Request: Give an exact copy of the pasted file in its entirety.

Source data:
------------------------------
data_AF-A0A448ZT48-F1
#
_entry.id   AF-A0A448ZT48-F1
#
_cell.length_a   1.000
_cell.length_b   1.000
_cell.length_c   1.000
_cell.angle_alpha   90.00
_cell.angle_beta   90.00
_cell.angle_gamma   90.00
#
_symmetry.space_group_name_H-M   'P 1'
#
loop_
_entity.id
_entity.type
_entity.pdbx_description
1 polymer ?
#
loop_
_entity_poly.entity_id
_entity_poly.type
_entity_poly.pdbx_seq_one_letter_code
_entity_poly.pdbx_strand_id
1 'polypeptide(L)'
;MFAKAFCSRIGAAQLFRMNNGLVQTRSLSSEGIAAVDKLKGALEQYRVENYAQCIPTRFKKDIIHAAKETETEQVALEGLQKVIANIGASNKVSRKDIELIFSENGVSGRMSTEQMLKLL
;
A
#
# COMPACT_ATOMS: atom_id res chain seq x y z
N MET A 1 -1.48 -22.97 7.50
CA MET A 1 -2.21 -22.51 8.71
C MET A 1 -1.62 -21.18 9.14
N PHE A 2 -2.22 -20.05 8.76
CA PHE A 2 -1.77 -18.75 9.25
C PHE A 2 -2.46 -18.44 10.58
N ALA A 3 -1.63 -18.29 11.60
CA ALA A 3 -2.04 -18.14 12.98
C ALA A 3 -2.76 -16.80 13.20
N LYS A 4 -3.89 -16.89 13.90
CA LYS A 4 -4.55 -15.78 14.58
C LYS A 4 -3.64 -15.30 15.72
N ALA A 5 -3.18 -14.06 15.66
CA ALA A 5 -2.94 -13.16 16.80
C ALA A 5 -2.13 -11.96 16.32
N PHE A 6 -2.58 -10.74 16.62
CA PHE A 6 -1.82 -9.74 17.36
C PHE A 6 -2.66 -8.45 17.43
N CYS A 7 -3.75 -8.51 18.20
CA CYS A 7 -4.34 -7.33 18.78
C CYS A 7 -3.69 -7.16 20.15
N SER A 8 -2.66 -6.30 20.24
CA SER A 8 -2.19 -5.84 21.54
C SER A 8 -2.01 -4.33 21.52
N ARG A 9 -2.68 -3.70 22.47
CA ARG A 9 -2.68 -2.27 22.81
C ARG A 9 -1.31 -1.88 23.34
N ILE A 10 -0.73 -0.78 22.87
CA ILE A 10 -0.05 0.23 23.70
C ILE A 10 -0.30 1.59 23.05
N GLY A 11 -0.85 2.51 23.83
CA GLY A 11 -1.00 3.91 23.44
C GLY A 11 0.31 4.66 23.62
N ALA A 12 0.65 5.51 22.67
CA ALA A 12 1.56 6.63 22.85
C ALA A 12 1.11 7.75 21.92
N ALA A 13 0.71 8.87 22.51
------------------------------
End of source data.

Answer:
data_AF-A0A448ZT48-F1
#
_entry.id   AF-A0A448ZT48-F1
#
_cell.length_a   1.000
_cell.length_b   1.000
_cell.length_c   1.000
_cell.angle_alpha   90.00
_cell.angle_beta   90.00
_cell.angle_gamma   90.00
#
_symmetry.space_group_name_H-M   'P 1'
#
loop_
_entity.id
_entity.type
_entity.pdbx_description
1 polymer ?
#
loop_
_entity_poly.entity_id
_entity_poly.type
_entity_poly.pdbx_seq_one_letter_code
_entity_poly.pdbx_strand_id
1 'polypeptide(L)'
;MFAKAFCSRIGAAQLFRMNNGLVQTRSLSSEGIAAVDKLKGALEQYRVENYAQCIPTRFKKDIIHAAKETETEQVALEGLQKVIANIGASNKVSRKDIELIFSENGVSGRMSTEQMLKLL
;
A
#
# COMPACT_ATOMS: atom_id res chain seq x y z
N MET A 1 -1.48 -22.97 7.50
CA MET A 1 -2.21 -22.51 8.71
C MET A 1 -1.62 -21.18 9.14
N PHE A 2 -2.22 -20.05 8.76
CA PHE A 2 -1.77 -18.75 9.25
C PHE A 2 -2.46 -18.44 10.58
N ALA A 3 -1.63 -18.29 11.60
CA ALA A 3 -2.04 -18.14 12.98
C ALA A 3 -2.76 -16.80 13.20
N LYS A 4 -3.89 -16.89 13.90
CA LYS A 4 -4.55 -15.78 14.58
C LYS A 4 -3.64 -15.30 15.72
N ALA A 5 -3.18 -14.06 15.66
CA ALA A 5 -2.94 -13.16 16.80
C ALA A 5 -2.13 -11.96 16.32
N PHE A 6 -2.58 -10.74 16.62
CA PHE A 6 -1.82 -9.74 17.36
C PHE A 6 -2.66 -8.45 17.43
N CYS A 7 -3.75 -8.51 18.20
CA CYS A 7 -4.34 -7.33 18.78
C CYS A 7 -3.69 -7.16 20.15
N SER A 8 -2.66 -6.30 20.24
CA SER A 8 -2.19 -5.84 21.54
C SER A 8 -2.01 -4.33 21.52
N ARG A 9 -2.68 -3.70 22.47
CA ARG A 9 -2.68 -2.27 22.81
C ARG A 9 -1.31 -1.88 23.34
N ILE A 10 -0.73 -0.78 22.87
CA ILE A 10 -0.05 0.23 23.70
C ILE A 10 -0.30 1.59 23.05
N GLY A 11 -0.85 2.51 23.83
CA GLY A 11 -1.00 3.91 23.44
C GLY A 11 0.31 4.66 23.62
N ALA A 12 0.65 5.51 22.67
CA ALA A 12 1.56 6.63 22.85
C ALA A 12 1.11 7.75 21.92
N ALA A 13 0.71 8.87 22.51